On Beginning a Practice: A Potential Path to Making Peace with Anxiety

“I don’t know why it never occurred to me to try this before?” I asked a friend.


He responded (paraphrased) that perhaps we become open to things when we are ready for them. I thought back on previous opinions I held on meditation, which fell in various categories: “I could never do that because I have anxiety” and “I will never be able to clear my busy mind.”


However, meditation wasn’t far from reach growing up in Boulder, Colorado. Yet it felt reserved for people living a different pace of life. The idea of being “zen” and moving about the world in a more mindful (which I interpreted as slower) way felt anti-productivity and success. It is no surprise that I felt at home, living a busy and fast-paced East Coast life. Now more than ten years into that life, I question the sustainability of this busyness and stress.


This flirtation with meditation is very much a beginning, a honeymoon phase. This flirtation began only twenty-five days ago, inspired by my companion, anxiety. Meditation began to carve a path towards my life over the past year. Last fall, a close friend, L, brought the App HeadSpace to a dinner party. I was enthralled at the idea of guided meditation. A few months ago, flying home, I snatched the new book, 10% happier by Dan Harris, from the airport book store shelf. Immediately, I identified with his skepticism towards meditation as a fast-paced person thriving on stress.


Twenty-five days ago, I was inspired to drop down onto the floor and try it again. Why? I think sometimes harder moments open our brains to new ideas or maybe we just feel we have nothing to lose. On the floor of my bedroom, I struggled to get comfortable, closed my eyes and pressed play on a Headspace meditation. Ten minutes later I felt a break from anxiety through listening and breathing. I decided to do it for 30 days in a row, to see if it was a new habit that could play a role in managing anxiety. What I didn’t realize and only have a sense of from reading and talking with friends, is that meditation is an open door to more than potentially curbing anxiety. The idea of mindfulness seems to root itself in enough aspects of your life that it transitions to being a way of living rather than something one considers at specific points throughout the day. While it makes my heart jump to have potentially found a tool (or way of life?) that could adjust my relationship with anxiety, it is too early to understand what this path looks like or where it could lead.


I am harnessing the energy of the honeymoon phase to gather information and seek guidance.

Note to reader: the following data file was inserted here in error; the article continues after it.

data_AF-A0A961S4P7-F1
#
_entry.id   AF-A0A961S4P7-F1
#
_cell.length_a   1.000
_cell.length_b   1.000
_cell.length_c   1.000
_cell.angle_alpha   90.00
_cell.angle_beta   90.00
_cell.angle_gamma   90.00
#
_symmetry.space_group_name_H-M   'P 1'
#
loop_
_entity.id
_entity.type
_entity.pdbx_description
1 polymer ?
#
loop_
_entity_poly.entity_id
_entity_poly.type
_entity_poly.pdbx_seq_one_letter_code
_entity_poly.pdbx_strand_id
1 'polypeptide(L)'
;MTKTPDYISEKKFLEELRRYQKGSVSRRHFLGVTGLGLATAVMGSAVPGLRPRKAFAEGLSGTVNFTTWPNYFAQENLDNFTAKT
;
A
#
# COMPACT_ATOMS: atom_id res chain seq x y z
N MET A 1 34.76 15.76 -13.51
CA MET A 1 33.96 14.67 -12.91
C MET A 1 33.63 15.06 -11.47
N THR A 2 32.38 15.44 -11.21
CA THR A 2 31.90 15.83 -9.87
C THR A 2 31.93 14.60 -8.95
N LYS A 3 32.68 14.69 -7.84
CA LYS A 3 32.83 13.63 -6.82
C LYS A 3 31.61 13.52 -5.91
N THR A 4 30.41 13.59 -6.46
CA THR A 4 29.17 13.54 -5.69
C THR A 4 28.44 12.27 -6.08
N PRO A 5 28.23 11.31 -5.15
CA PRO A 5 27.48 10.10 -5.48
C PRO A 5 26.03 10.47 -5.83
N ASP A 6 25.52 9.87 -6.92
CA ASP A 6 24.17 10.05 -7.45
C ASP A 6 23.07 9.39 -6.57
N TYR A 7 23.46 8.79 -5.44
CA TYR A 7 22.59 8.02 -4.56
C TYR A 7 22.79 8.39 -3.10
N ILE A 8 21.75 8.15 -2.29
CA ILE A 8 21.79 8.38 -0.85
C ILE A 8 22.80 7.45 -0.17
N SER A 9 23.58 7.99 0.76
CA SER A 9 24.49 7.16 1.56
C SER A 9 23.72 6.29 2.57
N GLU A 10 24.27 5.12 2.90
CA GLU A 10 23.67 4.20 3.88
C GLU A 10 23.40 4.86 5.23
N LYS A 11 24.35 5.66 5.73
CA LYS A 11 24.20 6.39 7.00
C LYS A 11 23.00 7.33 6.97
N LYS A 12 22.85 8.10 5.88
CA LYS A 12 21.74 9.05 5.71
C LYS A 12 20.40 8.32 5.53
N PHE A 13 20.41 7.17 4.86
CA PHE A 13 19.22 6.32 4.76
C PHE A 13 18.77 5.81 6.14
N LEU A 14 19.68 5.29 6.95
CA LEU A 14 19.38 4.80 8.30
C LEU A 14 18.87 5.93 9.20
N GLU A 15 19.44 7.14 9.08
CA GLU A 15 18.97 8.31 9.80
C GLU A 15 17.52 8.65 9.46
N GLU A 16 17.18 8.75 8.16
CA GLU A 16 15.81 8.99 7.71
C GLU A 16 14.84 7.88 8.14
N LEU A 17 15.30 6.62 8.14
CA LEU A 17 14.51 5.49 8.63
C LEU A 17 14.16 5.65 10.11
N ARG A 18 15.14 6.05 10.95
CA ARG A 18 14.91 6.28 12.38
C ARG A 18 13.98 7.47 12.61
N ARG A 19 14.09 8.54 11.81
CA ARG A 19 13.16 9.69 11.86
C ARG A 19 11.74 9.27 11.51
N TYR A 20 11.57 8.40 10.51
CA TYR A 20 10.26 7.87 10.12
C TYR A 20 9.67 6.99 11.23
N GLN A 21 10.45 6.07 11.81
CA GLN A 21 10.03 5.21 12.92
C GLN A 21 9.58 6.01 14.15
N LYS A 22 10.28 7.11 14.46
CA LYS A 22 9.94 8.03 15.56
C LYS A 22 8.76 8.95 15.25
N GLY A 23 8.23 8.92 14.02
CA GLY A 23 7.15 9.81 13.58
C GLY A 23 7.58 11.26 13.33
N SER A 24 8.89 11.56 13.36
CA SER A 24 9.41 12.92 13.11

Step 1: Gather information


I am reading and listening to everything I can get my hands on. Here is the current list:

  • 10% Happier by Dan Harris follows his journey to building a meditation practice following an on air panic attack he suffered as a news anchor
  • 10% Happier podcast, where Dan Harris interviews people who meditate and individuals who have helped shape the meditation landscape
  • Course on meditation put on by Insight Meditation
  • Autobiography of a Yogi (in progress)
  • The HeadSpace App which offers guided meditation
  • The “Breathe” App: short meditations on specific topics, such as compassion and sleep
  • An app of nature sounds (this seems to inspire a sort of meditative work state


I would love suggestions on books, guided meditations, retreats and, really, anything meditation and mindfulness related. I often learn through hearing the experiences of others. I am asking friends and random people I meet in cabs and on the street about their practice. I’d love to hear about yours.


Step 2: Try it out (without really knowing what you are doing)


I am a hands-on learner. I need to hold the paint brush myself. Coupled with my hands-on nature, is an impulsiveness to jump in and try things, at times throwing caution out the window. For the past twenty-five days, I have meditated once or more a day. I meditated on flights, lying on my floor, sitting at my office desk, uncomfortably sitting up, outside, inside, with my cat licking me, at a bachelorette party and in a tent under the stars. So far – I love it (hence, the honeymoon phase description). I warded off a panic attack by plugging into a guided meditation, I can focus better at work and I’ve created a space between a trigger and my emotional response.


The bottom line: meditation feels like an option instead of sitting with anxiety or panic. I share this notion with caution, as from what I’ve heard and read one’s relationship with their practice has highs and lows. One day the magic meditation wand may not cast a spell on a panic attack.I have more questions than I have my own answers.


For example: Should I find a teacher? A community? Why is a community important if it is more of a solitary activity? Is it okay if I lay down while I do it? Am I really not supposed to move?


I’d love to hear your ideas and experiences.


I Struggle with Anxiety (and I know I’m not the only one)

I struggle with anxiety.


(and I know I’m not the only one)


A myriad of reasons exist to not write about anxiety in a public space. To name a few: future employers who search your name, current coworkers and bosses, acquaintances who you only see at happy hour who now have a look at your squishy insides, friends and family members who are sure that public blogs are no way to deal with anything, people who may be quick to judge and the list goes on.


Tonight, for the first time I sat in an uncomfortable plastic chair trying not to obviously fidget while cautiously paying attention to my breath. The minute the instructor asked us to close our eyes, discomfort crept up my back and my mind seemed to short circuit, cutting between unread emails, mixed and challenging emotions about an unfolding change* and the noise of the air conditioner. Twenty minutes later I was ready to be done and simultaneously a little more settled in.


The post-meditation discussion centered on types of love and suffering, I raised my hand, “Is there any benefit to suffering?” I braced myself for a stern no, followed by a “why are you even asking that” look.


Instead, the instructor said “Of course. Suffering is where we launch from into happiness. Having suffered ourselves, we can use that experience to share with others.”** I think she also said something about ballet dancers leaping off the floor (in this analogy the floor is the suffering).